The recent report analyzed 10,000 representative populations of fish, amphibians, reptiles, birds, and mammals, discovering how they’ve been faring over the last 40 years. Sadly, they do not appear to be doing very well. The report attributes human activity, including poaching, over-hunting, and habitat destruction as the largest burden upon wildlife.
Humans, like all animals, utilize food and water from the environment in order to survive. The…

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Vertebrate Wildlife Species Have Declined By Half Over Last 40 Years

I find this incredibly distressing.

Vertebrate Wildlife Species Have Declined By Half Over Last 40 Years

Plants and Animals

Vertebrate Wildlife Species Have Declined By Half Over Last 40 Years
Wayne Dilger CC BY ND 2.0

The 2014 Living Planet Report from the World Wildlife Fund has described the loss of wildlife as much worse than predicted two years ago. In 2012, they predicted that wildlife had declined by about 30 percent between 1970 and 2010, though new numbers suggest that wildlife populations have actually been cut by about 52 percent. The difference in reported loss is due to a new method for collecting the numbers.
The recent report analyzed 10,000 representative populations of fish, amphibians, reptiles, birds, and mammals, discovering how they’ve been faring over the last 40 years. Sadly, they do not appear to be doing very well. The report attributes human activity, including poaching, over-hunting, and habitat destruction as the largest burden upon wildlife.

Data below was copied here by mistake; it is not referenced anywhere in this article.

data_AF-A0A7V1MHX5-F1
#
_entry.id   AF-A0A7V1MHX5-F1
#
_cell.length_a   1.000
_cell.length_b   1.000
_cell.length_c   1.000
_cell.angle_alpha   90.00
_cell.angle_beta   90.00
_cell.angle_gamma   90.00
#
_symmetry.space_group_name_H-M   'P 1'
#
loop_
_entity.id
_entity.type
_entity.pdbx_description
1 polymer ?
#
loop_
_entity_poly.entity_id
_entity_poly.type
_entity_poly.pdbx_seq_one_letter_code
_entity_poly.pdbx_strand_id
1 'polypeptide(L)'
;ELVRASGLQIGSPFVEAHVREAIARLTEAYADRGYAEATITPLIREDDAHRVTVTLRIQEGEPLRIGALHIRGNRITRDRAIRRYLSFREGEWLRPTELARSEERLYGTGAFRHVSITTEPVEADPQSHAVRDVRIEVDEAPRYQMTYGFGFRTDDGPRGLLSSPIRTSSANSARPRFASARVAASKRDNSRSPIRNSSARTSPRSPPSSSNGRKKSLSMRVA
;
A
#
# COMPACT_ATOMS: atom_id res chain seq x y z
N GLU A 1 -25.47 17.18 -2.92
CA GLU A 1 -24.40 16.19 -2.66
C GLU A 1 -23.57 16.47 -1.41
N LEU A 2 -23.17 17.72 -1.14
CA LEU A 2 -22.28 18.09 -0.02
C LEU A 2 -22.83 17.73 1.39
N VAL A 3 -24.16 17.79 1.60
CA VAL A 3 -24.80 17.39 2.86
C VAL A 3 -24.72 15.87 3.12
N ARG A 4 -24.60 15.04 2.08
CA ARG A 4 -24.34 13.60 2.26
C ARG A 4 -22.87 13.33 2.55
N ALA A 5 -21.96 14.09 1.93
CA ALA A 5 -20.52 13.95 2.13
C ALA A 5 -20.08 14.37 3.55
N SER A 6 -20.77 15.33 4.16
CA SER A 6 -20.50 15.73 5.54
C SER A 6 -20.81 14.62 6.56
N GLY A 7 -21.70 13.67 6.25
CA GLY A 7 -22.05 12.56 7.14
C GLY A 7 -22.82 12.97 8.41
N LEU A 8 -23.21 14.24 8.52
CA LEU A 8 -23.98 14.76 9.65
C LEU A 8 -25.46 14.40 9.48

Humans, like all animals, utilize food and water from the environment in order to survive. The problem is in how these resources are acquired, as they are being exhausted much faster than they can bounce back. Deforestation is occurring more quickly than trees can return to full growth. Not only does this contribute to a warming climate by reducing the planet’s capability to fix atmospheric carbon, but it also destroys the habitats of many species.
The decline is not affecting all species equally. According to the report, tropical regions have been hit the hardest. Species that live in freshwater have been reduced by an astonishing 76 percent, while about 94 percent of the historic range of elephants has been eliminated. Tigers that were once 100,000 strong at the turn of the 20th century, have been reduced to only 3,000 worldwide; most of which are in captivity. Species have been declining even within protected areas due to poaching and illegal deforestation.
The report claims that humans would need 1.5 Earths in order to keep up with the amount of resources being utilized. Though astronomers have been making some great progress with studying exoplanets, they haven’t found any replacements for us. Even if they had, there would be no way to access those resources. There is no backup plan for wasting resources in the manner we are. We humans need to change our rate of consumption, as our current actions are simply not sustainable.
In addition to over-hunting and habitat destruction, climate change is particularly threatening. Changing temperatures alter migration times, routes, and destinations. When animals have to migrate to a new location, they have to compete with existing species for resources. Ocean acidification and increasing temperatures threaten fish populations that can only tolerate a specific spectrum of temperatures and water chemistry.
Though the numbers and outlook within the report are fairly dismal, it does not have to be that way. There is still enough time to change consumption habits and develop a more concerted effort in protecting existing wildlife. Not only would this preserve a desirable level of biodiversity on Earth, but it would also guarantee that the natural resources on which humanity depends will be there in the future.